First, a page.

There is holiness in every Christian home by virtue of the Christian people that dwell there, but for many there is no holy place there, besides what is used for some other common purpose. To say that every place in the home is already holy due to the presence of holy people is to draw no distinction between the common and the uncommon and holy. The dinner table, for example, is primarily for meals, homework, and family conversation. It is not a place set apart for the worship of God, and as often as we pass through the kitchen, toss our homework on it or spill our soup on it, the dinner table does not necessarily remind us of Christ’s sacrifice and his love for us, nor does it stand in our memory as the place where God’s name is honored in the home. Some devoted Christian parents lead their families in prayer around the dinner table every morning and every night, and they are to be commended for it. But there are many other families that need a stone of remembrance, an ordinary rock, lifted up and anointed with holy oil so that in its oddness and difference from all the other furniture in the house, it immediately strikes the mind as an uncommon place, and in passing by it we pause, if only for a moment, and we remember. We remember the sacrifice of Christ and our duty to offer the sacrifice of prayer in the morning and in the evening. Most families need this stone of remembrance.
Of course, the very fact that the home altar is situated within a domestic dwelling makes it a very common place, ironically, a holy place within an often unholy environment, as I mentioned above. This sets the home altar apart from the holy altar in the sanctuary of the local parish, a building that is consecrated specifically for the offering of the many prayers of many families. Yet, it is appropriate to speak of both places, the home altar and the parish altar as holy places. Lancelot Andrewes puts this prayer into the mouth of the priest in his The Form of Consecration of a Church:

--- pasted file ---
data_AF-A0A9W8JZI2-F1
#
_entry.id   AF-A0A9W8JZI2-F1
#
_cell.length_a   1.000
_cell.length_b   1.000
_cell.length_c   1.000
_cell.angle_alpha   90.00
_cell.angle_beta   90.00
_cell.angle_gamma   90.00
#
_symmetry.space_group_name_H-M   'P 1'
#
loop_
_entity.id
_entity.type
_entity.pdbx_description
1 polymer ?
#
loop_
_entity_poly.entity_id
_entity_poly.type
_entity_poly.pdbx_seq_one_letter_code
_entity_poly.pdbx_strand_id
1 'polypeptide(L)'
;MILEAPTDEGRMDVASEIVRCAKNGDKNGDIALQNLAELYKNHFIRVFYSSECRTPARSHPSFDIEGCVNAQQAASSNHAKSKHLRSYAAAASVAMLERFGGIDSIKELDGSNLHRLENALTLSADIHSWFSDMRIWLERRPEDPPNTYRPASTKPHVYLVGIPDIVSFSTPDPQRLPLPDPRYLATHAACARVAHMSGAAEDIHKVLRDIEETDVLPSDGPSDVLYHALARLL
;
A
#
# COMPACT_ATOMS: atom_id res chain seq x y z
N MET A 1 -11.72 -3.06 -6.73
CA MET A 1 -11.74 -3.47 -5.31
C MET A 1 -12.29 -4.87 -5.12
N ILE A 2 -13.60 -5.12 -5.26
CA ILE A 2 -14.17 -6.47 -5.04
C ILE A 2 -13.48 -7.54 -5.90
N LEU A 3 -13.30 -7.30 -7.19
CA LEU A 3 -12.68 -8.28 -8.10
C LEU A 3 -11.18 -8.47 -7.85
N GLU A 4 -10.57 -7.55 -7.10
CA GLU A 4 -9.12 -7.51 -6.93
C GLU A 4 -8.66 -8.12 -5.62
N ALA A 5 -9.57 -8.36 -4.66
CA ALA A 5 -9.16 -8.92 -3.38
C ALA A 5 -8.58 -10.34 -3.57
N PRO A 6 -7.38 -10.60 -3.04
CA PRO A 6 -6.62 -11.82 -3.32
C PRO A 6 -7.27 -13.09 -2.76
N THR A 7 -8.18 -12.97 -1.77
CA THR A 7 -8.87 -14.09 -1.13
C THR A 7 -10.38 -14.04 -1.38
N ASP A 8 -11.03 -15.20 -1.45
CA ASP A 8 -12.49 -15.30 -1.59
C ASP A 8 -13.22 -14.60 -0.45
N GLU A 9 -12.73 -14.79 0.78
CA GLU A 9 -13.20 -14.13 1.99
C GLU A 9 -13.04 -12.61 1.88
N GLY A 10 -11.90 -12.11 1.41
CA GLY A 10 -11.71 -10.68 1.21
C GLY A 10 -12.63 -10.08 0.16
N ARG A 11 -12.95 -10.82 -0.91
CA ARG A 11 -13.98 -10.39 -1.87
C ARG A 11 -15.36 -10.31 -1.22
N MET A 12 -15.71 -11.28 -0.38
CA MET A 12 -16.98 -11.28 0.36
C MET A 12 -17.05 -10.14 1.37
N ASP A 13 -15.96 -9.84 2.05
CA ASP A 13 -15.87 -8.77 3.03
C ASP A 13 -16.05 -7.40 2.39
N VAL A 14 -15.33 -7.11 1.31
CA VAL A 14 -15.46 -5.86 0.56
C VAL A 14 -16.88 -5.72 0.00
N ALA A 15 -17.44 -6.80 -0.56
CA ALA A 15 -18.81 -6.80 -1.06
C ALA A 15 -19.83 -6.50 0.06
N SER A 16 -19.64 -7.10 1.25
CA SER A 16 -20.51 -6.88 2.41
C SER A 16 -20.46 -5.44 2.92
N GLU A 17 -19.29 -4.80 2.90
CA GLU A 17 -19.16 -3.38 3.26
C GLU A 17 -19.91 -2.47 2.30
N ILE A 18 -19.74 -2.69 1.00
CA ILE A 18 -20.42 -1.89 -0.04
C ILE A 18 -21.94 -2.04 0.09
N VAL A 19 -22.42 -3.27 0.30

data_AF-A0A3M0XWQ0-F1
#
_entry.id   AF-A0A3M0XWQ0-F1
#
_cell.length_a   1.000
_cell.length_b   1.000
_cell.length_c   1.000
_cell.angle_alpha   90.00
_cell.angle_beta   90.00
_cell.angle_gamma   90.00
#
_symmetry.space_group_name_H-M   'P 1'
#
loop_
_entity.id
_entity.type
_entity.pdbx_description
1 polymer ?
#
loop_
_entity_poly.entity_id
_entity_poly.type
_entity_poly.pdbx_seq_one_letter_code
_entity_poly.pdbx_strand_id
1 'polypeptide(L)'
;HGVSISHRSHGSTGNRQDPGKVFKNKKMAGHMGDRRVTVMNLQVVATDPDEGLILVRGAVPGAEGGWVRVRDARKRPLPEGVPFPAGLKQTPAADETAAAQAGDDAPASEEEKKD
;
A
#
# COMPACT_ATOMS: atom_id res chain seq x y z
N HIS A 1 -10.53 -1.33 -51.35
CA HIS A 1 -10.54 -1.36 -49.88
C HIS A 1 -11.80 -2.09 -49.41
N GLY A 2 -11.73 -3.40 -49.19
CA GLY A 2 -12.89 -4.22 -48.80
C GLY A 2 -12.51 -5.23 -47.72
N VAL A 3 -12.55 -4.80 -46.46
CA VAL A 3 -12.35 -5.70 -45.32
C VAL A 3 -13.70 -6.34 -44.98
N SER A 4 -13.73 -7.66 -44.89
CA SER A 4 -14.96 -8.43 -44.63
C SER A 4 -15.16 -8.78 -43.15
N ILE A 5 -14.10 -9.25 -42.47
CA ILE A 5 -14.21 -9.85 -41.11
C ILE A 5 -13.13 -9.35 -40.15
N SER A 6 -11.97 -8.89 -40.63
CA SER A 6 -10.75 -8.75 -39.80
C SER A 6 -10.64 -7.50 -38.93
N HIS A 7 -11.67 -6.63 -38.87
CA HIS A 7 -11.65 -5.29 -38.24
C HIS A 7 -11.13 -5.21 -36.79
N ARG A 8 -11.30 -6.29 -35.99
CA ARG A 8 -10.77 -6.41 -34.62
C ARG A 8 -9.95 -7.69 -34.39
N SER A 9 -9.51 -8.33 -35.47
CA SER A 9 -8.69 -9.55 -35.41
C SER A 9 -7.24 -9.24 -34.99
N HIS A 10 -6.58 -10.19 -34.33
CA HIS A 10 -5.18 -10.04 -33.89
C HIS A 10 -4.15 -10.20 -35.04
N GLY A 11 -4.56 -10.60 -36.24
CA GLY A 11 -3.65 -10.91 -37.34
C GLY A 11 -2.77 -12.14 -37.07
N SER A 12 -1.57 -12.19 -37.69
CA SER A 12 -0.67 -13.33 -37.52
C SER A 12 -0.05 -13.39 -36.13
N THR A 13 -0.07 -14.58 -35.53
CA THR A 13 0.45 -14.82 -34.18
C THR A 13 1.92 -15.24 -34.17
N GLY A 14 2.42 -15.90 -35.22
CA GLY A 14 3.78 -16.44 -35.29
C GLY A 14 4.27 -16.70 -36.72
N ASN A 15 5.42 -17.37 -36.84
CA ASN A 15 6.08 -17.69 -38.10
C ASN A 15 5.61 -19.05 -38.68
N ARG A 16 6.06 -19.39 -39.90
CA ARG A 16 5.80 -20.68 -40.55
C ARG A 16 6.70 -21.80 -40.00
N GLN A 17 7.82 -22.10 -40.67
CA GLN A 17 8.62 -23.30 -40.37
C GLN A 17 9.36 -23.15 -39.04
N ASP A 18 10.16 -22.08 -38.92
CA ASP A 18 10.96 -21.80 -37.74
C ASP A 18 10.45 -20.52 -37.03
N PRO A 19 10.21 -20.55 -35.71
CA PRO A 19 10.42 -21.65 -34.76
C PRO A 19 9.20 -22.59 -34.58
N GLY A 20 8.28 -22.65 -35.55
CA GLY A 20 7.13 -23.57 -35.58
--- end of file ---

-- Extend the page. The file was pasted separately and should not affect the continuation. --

O Lord God, mighty and glorious, and of incomprehensible Majesty, thou fillest Heaven and Earth with the Glory of thy presence, and canst not be contained within any the largest compass, much less within the narrow walls of this Room; yet forasmuch as thou hast been pleased to command in thy holy Law, that we should put the Remembrance of thy Name upon places, and in every such place thou wilt come to us and bless us; we are here now assembled to put thy name upon this place, and the Memorial of it, to make it thy house, to devote and dedicate it for ever unto thee, utterly separating it from all worldly uses, and wholly and only consecrate it to the invocation of thy glorious Name.
Though Andrewes wrote this prayer for the consecration of a church, a similar blessing applies to any place where “two are three are gathered” in the name of Christ, including a space within the home. Indeed, though there are no sacraments in the home (unless there is a case of extreme illness), there is a connection between the home and parish altars. The one is a preparation for the other, the priestly prayers at the home altar throughout the week making way in the soul for rightly receiving the blessed body and blood of Christ from the priest at the parish altar. The home altar is the spiritual center of the home, the heart of the house in which God, in his good providence, has said to the family, “This is the place where I have put you to live and to love one another.” So, it is here at the home altar, more than any other place in the home that God comes to meet each family, to keep and to comfort each of us. And, so it is here that we raise our own domestic Ebenezer, where we fully expect to meet God while the angels descend and ascend upon us, despite our messiness, silliness, and Hot Wheels.